Does it matter how you hold title to property?

By Attorney Truman Scarborough

We will be looking at joint ownership in this second part of a series of articles on the various ways title to property can be held. Joint ownership is commonly used so another person can access an account and/or avoid probate.

Probate can be avoided only if there are survivorship rights, where if one owner dies his/her interest goes directly to the surviving owner(s).  There are survivorship rights when property is held as Joint Tenants and when a husband and wife hold property as Tenancy by the Entirety.  However, with property held as Tenants in Common there are no survivorship rights.  This would be useful for a business where you wanted your interest to go to your family and not your business partner. Except for married couples, when there is no designation on how title is held, it will be as Tenants in Common without survivorship rights. If one of the Joint Tenant owners conveys his/her interest to a third party the asset is no longer held as Joint Tenants and now is held as Tenants in Common.

For a married couple to hold property as Tenancy by the Entirety, the husband and wife must acquire identical interests in property at the same time by one instrument that provides for joint ownership and control. With real estate all that is required is a deed to both spouses. But with financial institutions the spouses need to indicate on the forms that they want their accounts to be established as Tenancy by the Entirety. A divorce converts a Tenancy by the Entirety to Tenants in Common.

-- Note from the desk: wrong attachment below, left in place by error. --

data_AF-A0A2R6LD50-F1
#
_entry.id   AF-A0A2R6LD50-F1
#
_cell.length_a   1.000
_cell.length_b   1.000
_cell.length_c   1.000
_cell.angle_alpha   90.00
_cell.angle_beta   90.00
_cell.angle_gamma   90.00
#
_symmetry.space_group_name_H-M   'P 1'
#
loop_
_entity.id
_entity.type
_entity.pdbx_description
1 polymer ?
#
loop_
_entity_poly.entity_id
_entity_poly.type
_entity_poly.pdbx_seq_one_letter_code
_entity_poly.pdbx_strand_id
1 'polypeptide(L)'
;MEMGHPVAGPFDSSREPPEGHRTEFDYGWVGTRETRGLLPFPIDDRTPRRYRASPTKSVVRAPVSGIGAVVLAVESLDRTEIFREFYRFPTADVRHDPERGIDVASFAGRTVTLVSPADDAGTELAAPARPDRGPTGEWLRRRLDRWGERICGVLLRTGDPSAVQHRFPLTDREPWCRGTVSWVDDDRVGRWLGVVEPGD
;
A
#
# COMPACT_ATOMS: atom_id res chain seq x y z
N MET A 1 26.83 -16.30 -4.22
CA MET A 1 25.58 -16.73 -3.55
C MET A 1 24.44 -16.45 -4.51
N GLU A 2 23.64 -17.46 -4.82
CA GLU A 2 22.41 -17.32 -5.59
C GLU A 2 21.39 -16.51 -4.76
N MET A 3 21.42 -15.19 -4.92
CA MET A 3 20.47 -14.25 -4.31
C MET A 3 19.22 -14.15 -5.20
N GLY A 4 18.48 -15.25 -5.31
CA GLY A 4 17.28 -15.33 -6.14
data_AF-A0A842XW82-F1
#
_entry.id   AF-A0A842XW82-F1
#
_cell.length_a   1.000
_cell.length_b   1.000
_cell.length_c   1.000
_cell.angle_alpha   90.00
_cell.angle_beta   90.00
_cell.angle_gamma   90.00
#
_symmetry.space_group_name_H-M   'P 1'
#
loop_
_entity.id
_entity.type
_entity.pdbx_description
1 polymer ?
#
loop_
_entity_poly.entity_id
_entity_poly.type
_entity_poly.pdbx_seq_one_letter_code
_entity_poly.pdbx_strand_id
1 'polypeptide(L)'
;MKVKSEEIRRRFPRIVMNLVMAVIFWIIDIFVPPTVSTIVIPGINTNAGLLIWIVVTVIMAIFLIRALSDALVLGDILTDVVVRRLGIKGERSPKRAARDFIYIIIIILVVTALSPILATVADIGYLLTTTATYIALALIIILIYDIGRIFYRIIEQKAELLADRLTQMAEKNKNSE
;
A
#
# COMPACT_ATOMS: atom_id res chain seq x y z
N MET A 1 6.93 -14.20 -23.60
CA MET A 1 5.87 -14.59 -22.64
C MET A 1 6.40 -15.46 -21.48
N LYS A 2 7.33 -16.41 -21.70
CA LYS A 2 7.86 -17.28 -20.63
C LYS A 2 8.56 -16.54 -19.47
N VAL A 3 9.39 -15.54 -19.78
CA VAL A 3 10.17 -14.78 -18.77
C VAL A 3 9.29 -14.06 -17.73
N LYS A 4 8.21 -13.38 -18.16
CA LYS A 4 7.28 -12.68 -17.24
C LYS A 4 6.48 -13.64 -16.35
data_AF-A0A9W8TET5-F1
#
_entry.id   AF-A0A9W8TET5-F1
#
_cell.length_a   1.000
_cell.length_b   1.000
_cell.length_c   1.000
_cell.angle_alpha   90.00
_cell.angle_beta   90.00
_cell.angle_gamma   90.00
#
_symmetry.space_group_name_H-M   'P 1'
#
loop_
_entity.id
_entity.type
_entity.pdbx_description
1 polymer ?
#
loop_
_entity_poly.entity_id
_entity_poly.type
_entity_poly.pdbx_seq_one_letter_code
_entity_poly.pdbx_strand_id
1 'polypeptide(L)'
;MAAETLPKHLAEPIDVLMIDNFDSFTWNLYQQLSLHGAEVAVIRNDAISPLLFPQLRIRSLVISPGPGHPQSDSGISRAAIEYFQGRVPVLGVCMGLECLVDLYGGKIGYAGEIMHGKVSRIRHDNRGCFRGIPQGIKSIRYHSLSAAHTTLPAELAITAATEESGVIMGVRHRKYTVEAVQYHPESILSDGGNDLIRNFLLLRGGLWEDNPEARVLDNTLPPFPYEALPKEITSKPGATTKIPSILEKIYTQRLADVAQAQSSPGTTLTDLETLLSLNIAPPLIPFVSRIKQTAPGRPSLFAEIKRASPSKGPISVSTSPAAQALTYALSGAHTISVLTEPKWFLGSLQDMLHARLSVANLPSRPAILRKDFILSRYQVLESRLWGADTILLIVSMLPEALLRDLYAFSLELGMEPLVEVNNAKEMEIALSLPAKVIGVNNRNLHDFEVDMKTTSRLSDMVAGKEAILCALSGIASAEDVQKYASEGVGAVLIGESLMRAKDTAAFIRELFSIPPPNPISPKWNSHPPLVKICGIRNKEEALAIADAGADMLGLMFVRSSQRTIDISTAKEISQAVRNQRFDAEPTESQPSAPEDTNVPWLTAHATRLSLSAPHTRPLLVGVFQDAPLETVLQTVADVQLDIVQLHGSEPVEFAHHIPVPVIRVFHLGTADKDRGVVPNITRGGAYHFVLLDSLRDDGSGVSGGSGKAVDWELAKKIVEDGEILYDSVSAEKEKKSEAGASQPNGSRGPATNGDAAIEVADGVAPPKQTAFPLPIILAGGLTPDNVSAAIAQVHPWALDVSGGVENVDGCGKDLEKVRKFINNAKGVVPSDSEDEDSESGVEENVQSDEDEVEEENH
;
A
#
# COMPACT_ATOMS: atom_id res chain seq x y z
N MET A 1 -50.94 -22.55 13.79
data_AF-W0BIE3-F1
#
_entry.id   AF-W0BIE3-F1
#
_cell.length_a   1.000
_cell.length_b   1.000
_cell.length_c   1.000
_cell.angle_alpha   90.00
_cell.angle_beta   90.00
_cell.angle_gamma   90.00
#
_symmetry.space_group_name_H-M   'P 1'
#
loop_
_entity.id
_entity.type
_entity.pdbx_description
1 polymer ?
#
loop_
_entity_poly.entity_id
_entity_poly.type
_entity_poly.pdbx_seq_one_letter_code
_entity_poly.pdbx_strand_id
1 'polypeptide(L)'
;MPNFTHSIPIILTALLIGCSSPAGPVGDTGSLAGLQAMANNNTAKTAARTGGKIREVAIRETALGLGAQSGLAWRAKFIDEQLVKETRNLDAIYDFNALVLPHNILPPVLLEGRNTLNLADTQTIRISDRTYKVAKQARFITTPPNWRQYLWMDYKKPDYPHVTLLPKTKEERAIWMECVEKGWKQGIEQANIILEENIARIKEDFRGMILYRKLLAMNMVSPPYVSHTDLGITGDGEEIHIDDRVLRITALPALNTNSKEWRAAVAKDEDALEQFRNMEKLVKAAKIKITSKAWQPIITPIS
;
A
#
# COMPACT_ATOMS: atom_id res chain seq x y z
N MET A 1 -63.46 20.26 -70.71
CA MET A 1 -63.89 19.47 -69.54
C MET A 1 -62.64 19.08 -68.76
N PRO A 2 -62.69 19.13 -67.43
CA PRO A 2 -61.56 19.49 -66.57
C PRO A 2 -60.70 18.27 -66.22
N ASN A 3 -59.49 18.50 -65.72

There are several issues to consider with joint ownership arrangements:


Tenancy by the Entirety provides additional protection from creditors. A judgment against one spouse will not encumber property owned as Tenancy by the Entirety.  This is not the case when property is held as joint tenants. Property held jointly can be reached by a creditor of just one of the owners.  This could result in owning real property with the other owner’s judgment creditor.


FIRST, if you can withdraw from a joint account without the other person’s signature, he/she likewise can withdraw without yours.

SECOND, with real estate the problem is reversed. The other owner must sign a deed or a mortgage with you and therefore has control over what you do with the property.


For capital gains taxes, the profit from a sale of appreciated property is calculated by subtracting the purchase price and other costs (called basis) from the sales price. When property is inherited at an owner’s death, the basis is stepped-up to the date of death value, reducing capital gains taxes. With jointly own property the stepped-up basis is only on the inherited portion. There is no stepped-up basis on the serving owner’s one-half interest. For example, if the jointly owned property had a basis of $100,000 the two owners would each have a basis of $50,000. If when an owner dies the value of the property is $200,000, the new overall basis is $150,000 with a stepped-up on the deceased owner’s one half from $50,000 to $100,000 and the original basis of $50,000 on the surviving owner’s one-half interest.

In the next article we will look at ways property can be held through different legal entities.

For further information you may be interested in Attorney Truman Scarborough’s Booklet on Estate Planning in Florida. It is available without charge or obligation by calling (321) 267-4770. Truman Scarborough’s office is located at 239 Harrison Street, in Titusville.